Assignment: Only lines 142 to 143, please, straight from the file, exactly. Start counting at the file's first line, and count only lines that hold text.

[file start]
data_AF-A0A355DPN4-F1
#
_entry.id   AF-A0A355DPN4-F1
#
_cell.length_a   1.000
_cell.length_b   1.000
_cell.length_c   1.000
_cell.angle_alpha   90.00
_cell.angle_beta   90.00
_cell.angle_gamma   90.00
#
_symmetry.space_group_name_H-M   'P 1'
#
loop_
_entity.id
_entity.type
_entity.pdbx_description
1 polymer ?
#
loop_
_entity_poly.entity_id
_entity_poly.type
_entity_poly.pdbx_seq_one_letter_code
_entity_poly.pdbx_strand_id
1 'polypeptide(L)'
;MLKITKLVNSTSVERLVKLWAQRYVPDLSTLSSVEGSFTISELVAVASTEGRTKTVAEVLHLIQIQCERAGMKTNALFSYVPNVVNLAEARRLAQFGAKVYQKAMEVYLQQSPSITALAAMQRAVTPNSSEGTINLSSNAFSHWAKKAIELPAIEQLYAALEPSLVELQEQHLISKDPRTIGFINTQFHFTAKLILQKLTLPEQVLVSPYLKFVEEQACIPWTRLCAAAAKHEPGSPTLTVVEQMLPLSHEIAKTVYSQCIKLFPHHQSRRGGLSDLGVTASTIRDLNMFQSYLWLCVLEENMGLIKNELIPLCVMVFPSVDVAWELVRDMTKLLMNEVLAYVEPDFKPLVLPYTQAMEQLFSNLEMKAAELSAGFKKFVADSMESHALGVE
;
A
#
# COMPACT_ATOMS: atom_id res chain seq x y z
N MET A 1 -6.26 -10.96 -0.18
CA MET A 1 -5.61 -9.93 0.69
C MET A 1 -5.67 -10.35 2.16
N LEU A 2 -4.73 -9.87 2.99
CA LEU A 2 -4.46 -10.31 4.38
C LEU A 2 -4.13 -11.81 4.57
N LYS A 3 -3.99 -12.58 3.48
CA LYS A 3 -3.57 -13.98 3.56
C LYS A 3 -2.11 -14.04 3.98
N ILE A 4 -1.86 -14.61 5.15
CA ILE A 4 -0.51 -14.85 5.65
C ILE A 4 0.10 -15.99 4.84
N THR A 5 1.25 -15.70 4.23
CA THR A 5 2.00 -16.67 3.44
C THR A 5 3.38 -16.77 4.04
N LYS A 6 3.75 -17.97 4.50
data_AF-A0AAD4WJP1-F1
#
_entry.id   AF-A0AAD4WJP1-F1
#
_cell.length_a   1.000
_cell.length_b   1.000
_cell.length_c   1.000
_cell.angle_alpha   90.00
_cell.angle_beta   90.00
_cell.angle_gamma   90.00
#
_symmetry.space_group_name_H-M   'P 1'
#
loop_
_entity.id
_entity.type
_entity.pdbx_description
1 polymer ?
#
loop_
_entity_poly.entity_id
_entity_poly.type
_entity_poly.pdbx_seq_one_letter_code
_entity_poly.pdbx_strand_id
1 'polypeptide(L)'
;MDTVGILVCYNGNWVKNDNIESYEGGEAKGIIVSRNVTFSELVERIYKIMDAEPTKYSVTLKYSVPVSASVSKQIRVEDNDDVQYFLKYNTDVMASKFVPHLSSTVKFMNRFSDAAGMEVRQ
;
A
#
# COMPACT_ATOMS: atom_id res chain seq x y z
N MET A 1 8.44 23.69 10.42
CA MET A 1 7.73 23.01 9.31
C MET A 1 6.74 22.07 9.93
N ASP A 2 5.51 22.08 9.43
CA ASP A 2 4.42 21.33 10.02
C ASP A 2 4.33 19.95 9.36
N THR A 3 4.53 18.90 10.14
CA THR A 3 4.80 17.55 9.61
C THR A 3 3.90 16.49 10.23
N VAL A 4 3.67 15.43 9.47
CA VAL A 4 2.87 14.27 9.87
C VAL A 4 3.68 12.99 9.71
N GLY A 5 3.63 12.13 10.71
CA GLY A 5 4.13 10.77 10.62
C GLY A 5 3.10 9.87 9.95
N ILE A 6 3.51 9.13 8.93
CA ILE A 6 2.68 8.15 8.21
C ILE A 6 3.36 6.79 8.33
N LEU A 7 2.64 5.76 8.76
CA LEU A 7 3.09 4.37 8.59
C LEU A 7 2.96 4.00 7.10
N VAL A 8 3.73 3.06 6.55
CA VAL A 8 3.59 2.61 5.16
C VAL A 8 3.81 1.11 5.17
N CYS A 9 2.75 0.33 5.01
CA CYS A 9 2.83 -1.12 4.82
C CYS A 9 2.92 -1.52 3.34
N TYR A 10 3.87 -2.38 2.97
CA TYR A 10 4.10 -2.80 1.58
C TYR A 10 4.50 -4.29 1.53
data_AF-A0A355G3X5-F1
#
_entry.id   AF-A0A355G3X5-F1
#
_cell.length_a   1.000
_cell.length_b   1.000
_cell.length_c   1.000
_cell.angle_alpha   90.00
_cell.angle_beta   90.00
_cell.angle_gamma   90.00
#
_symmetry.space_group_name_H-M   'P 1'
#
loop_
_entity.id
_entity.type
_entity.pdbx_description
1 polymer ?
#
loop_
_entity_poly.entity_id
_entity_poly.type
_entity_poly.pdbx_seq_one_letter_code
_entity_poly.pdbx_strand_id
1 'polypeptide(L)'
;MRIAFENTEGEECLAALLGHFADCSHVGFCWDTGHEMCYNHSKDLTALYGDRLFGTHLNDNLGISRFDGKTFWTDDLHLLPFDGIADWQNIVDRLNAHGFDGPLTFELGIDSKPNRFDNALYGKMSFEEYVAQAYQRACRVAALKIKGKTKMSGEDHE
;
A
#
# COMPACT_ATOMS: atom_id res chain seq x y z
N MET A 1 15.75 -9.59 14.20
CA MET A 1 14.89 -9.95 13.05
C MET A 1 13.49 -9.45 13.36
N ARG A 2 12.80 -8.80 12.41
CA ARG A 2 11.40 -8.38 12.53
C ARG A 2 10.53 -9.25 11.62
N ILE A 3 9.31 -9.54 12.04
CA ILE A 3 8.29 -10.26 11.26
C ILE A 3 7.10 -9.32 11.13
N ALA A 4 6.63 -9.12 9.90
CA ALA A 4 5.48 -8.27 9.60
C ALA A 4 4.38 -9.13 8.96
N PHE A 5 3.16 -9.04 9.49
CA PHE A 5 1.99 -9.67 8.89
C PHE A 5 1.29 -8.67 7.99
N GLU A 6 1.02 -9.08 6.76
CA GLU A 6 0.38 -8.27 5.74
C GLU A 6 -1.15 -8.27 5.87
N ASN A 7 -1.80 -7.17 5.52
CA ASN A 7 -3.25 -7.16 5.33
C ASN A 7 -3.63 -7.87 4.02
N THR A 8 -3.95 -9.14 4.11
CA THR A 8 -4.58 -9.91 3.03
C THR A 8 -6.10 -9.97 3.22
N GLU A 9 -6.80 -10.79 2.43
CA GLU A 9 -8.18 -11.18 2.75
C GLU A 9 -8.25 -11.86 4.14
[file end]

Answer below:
C ARG A 2 10.53 -9.25 11.62
N ILE A 3 9.31 -9.54 12.04